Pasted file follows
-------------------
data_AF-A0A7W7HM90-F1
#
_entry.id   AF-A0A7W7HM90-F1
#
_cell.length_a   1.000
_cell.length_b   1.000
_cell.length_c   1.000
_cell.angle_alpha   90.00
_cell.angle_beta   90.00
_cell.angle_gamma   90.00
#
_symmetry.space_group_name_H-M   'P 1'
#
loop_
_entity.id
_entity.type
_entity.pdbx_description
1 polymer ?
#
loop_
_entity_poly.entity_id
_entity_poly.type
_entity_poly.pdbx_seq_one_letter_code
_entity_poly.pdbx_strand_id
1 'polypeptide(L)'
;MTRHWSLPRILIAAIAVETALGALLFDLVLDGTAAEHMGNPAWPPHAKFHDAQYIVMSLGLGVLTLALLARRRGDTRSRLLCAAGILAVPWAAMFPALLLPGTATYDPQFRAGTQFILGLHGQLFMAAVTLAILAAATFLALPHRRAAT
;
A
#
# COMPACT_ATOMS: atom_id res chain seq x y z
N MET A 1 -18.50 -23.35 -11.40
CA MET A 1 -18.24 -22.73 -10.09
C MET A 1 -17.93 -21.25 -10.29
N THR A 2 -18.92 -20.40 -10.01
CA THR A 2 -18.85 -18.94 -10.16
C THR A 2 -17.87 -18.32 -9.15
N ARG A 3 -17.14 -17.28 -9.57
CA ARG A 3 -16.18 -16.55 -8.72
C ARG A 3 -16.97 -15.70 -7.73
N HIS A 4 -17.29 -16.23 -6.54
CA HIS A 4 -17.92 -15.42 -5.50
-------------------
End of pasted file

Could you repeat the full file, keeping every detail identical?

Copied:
data_AF-A0A7W7HM90-F1
#
_entry.id   AF-A0A7W7HM90-F1
#
_cell.length_a   1.000
_cell.length_b   1.000
_cell.length_c   1.000
_cell.angle_alpha   90.00
_cell.angle_beta   90.00
_cell.angle_gamma   90.00
#
_symmetry.space_group_name_H-M   'P 1'
#
loop_
_entity.id
_entity.type
_entity.pdbx_description
1 polymer ?
#
loop_
_entity_poly.entity_id
_entity_poly.type
_entity_poly.pdbx_seq_one_letter_code
_entity_poly.pdbx_strand_id
1 'polypeptide(L)'
;MTRHWSLPRILIAAIAVETALGALLFDLVLDGTAAEHMGNPAWPPHAKFHDAQYIVMSLGLGVLTLALLARRRGDTRSRLLCAAGILAVPWAAMFPALLLPGTATYDPQFRAGTQFILGLHGQLFMAAVTLAILAAATFLALPHRRAAT
;
A
#
# COMPACT_ATOMS: atom_id res chain seq x y z
N MET A 1 -18.50 -23.35 -11.40
CA MET A 1 -18.24 -22.73 -10.09
C MET A 1 -17.93 -21.25 -10.29
N THR A 2 -18.92 -20.40 -10.01
CA THR A 2 -18.85 -18.94 -10.16
C THR A 2 -17.87 -18.32 -9.15
N ARG A 3 -17.14 -17.28 -9.57
CA ARG A 3 -16.18 -16.55 -8.72
C ARG A 3 -16.97 -15.70 -7.73
N HIS A 4 -17.29 -16.23 -6.54
CA HIS A 4 -17.92 -15.42 -5.50